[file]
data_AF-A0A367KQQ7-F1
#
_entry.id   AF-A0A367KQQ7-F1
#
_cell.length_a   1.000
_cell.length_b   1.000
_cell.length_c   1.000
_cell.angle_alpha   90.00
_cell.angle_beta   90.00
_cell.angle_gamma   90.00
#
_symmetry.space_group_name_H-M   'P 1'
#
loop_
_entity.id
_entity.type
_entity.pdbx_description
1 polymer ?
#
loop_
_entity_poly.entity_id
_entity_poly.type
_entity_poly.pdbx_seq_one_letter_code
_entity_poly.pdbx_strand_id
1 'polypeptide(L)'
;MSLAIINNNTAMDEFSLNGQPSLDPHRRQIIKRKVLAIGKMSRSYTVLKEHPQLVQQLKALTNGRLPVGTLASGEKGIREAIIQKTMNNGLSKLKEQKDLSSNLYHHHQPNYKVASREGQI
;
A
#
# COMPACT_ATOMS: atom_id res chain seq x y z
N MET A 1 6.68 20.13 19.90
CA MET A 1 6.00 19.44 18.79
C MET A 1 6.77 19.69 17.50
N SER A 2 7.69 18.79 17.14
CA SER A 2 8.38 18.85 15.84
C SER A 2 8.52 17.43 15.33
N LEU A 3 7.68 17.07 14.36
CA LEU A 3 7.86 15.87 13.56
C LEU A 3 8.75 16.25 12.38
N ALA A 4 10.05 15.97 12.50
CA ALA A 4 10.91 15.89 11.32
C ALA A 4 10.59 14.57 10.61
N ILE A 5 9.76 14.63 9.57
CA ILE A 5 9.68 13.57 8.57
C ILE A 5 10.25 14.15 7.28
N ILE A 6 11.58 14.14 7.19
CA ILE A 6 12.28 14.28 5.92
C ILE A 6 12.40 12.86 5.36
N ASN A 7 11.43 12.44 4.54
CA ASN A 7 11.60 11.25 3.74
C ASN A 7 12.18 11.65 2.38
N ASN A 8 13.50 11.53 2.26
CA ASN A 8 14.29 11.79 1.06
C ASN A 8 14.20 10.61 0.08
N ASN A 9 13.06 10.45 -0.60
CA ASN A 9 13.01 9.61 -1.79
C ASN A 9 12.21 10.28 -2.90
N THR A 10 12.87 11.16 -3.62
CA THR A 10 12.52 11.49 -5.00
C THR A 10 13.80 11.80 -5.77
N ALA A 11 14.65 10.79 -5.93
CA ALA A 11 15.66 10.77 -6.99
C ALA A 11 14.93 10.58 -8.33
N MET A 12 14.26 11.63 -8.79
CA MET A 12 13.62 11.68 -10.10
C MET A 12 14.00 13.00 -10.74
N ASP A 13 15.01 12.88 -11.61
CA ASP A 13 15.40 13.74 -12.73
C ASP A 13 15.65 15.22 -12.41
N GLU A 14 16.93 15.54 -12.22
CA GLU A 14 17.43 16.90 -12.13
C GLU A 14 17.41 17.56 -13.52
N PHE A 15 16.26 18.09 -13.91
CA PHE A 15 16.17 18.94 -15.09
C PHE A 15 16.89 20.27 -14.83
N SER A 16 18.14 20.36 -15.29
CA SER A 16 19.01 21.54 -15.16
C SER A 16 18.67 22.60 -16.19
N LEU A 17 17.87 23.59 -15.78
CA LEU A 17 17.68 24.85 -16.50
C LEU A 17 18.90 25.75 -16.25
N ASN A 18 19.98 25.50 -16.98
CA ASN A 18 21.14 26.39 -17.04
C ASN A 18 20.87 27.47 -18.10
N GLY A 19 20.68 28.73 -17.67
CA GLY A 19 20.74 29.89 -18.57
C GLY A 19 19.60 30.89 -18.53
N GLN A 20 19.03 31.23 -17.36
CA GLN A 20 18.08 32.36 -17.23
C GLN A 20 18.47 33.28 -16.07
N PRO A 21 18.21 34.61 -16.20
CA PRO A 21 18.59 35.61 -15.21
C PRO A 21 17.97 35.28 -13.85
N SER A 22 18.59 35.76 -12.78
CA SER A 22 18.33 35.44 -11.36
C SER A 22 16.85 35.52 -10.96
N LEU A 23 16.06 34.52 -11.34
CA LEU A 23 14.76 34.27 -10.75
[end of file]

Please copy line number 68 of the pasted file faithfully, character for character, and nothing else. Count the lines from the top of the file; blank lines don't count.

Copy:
CA ASP A 13 15.40 13.74 -12.73